Mine closure impact on global copper supply – report

The collapse of the copper price and the containment measures taken for the coronavirus pandemic are posing a significant risk to global copper mine supply and project development, Nick Pickens, research director at Wood Mackenzie said in a note this week.

Day-by-day, mining companies are announcing revised plans to comply with new restrictions.

“For now, temporary closures will be absorbed by our mine disruption allowance,” Pickens said.  “In a scenario where there are wholesale closures of mines in Peru and Chile for 15 days, we would see 1.5% wiped from global annual supply. It would take 45 days to reach our full-year mine disruption allowance.”

“At this stage, we are not assuming mine supply from these countries will stop in its entirety. However, we believe there is a significant risk that disruptions will escalate, and breach 5% this year.”

Low prices could hamper mine restarts and new projects. The copper price is currently trading below the 90th centile of the industry cost curve (223 c/lb). Temporary closures and construction deferrals have accelerated due to virus containment. However, a sustained period of lower prices could make these more permanent.

Cost deflation will help to ease margins, Pickens said.

“Our mark-to market analysis suggests that at current market oil prices and exchange rates, the 90th centile of the C1 plus capex cost curve will fall by nearly 25 c/lb when compared to 2019. Furthermore, a prolonged period of lower average oil prices will have a more extensive deflationary influence for other raw material costs, and the impact could be more significant.”

Supply disruptions, directly relating to coronavirus

In recent days, the reach of coronavirus has rapidly expanded from key regions of copper demand – China and Europe, to key regions of supply – the Americas. Peru has enforced widespread quarantine, and some mines are now thought to be on temporary care and maintenance.

“In Chile, a state of catastrophe has been declared. We have also seen temporary cutbacks and risks to suspensions in Canada, the DR Congo and Australia,” Pickens said.

In Peru, the government has taken measures to prevent the spread of the pandemic throughout the mining industry. Mining companies have been asked to only mobilise critical employees to mine sites, to implement an emergency plan adapted to the circumstances, and to ensure health protection for a 15-day period, from 19 March.

Critical employees might comprise those who work in environmental or safety functions such as water treatment plants, ground stability, tailings monitoring, underground ventilation and security, Pickens said.

This would mean that mining operations would effectively go under care and maintenance for 15 days. Large operations that have followed this measure include Cerro Verde and Constancia.

Some mining companies, such as Buenaventura, have implemented these measures at all operations. However, other companies, due to their remote location and capabilities to ensure the health of their employee, have decided to just keep slow down production.

Chile has also stepped up its response. The government declared a “state of catastrophe” starting March 19, as the confirmed cases of coronavirus continued to rise.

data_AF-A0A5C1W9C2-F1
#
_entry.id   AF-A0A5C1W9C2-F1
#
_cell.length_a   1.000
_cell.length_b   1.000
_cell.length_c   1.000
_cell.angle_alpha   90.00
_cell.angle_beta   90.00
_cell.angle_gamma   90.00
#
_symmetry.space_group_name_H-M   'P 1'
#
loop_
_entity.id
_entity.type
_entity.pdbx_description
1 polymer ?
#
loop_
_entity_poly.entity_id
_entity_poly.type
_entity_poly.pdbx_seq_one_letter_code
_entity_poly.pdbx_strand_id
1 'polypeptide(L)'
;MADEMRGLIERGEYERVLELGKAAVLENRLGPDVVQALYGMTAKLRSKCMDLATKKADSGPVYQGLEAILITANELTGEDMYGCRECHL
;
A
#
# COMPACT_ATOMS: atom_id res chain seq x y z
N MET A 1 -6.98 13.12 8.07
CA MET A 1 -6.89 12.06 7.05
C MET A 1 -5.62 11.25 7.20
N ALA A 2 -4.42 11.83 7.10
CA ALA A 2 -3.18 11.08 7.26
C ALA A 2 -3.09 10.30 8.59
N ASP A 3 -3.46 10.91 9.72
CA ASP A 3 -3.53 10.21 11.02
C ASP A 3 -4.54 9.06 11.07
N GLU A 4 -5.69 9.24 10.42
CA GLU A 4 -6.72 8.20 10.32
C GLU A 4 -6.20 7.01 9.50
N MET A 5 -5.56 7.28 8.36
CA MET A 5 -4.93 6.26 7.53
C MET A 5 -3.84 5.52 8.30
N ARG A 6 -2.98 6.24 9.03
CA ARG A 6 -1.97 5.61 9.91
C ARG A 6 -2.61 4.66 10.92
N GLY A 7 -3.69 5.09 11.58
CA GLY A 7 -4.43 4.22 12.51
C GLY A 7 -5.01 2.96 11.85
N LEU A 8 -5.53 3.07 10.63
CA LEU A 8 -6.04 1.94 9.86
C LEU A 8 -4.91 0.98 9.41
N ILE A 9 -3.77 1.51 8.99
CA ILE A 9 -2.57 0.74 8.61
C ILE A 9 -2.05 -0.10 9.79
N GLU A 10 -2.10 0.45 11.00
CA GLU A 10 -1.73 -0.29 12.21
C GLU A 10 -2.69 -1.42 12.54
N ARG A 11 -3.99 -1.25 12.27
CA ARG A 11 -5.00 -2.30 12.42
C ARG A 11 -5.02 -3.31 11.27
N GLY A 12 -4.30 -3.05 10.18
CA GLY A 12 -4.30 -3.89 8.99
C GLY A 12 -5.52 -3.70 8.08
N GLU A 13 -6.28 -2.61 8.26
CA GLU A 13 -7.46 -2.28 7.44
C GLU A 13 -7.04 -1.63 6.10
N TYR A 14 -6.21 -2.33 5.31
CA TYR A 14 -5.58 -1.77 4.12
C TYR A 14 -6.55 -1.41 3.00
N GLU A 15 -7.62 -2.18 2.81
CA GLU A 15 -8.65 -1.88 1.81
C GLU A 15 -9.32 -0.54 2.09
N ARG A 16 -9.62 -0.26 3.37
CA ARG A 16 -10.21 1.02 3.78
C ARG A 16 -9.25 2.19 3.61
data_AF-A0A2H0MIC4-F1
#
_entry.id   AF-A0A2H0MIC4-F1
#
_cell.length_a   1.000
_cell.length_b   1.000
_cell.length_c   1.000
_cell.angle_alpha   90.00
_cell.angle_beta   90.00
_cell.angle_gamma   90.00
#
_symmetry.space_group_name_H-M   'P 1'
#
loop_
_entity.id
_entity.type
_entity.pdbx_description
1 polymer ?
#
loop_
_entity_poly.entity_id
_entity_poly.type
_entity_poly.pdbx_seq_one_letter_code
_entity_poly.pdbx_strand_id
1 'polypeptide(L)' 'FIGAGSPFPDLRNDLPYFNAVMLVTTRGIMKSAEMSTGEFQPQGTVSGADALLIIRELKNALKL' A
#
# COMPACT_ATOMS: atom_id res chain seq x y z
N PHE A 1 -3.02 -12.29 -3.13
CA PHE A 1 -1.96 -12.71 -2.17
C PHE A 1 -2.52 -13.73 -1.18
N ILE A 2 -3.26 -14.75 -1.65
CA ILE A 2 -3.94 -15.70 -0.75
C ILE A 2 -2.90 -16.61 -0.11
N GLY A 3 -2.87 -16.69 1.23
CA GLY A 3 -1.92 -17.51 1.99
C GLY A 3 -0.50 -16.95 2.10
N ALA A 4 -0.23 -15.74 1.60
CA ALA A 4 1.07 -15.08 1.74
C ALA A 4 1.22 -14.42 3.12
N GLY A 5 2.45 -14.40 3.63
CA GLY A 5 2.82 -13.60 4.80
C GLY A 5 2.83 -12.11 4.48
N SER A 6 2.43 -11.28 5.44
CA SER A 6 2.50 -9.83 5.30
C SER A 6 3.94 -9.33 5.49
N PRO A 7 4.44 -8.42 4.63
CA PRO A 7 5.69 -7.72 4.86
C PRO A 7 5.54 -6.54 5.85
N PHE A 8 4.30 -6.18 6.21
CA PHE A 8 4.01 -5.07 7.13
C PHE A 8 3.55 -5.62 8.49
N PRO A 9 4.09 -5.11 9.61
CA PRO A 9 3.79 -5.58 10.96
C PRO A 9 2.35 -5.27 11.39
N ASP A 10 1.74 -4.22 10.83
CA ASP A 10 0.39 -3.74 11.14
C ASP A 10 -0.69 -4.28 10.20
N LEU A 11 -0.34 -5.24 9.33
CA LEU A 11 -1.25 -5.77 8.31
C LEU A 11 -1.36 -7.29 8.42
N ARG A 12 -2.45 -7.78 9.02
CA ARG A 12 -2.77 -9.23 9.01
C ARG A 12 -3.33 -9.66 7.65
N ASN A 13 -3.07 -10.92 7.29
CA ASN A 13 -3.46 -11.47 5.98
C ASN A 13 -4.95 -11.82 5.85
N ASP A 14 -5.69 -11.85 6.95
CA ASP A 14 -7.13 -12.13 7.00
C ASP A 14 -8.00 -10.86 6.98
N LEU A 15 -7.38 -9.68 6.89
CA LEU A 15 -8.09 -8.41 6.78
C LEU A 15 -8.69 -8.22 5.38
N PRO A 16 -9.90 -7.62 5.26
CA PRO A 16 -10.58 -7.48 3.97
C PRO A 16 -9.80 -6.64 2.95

“This measure gives the government the capability to control the food and medical supply chains and distribution, border protection, and to enforce curfews and restrict social gatherings,” Pickens said.

“Immediately after the announcement, Codelco said it would maintain “operational continuity” for 15 days in all is units. Meanwhile, we understand Spence and Escondida’s union has asked BHP to implement stricter measures to ensure the health of its employees or shutdown,” he added.

What does this mean for global supply?

The most noteworthy announcements to date, in terms of significance to the global copper market, have been from authorities in Chile and Peru, who are both pointing to a 15-day disruption. All out closures in Peru and Chile for 15 days, would see 1.5% wiped from global annual supply, Pickens asserted.

“While this is significant, it would be absorbed by our disruption allowance. It is also not likely to be long enough to trigger force majeure on shipments.”

“In our opinion, the restrictions will need to be in place longer than 15 days. It would take 45 days to disrupt 5% of supply from these countries, equivalent to our full-year disruption allowance of just over 1.0 Mt,” Pickens said.

“At this stage, we are not assuming mine supply from these countries will stop in its entirety. The early indications are that some major companies in Peru and Chile are managing to produce under the restrictions.” 

“However, there is a worse-case scenario to consider. If the need for containment leads to wholesale lockdown of mine sites, and this Latin America disruption is replicated in Africa, North America and Australia, this would have catastrophic consequences for global copper mine supply,” Pickens said.  

“This is not currently, our base case assumption, but as we publish this Insight, there are clear signs that measures to contain the virus are likely to intensify over the coming days and weeks.”

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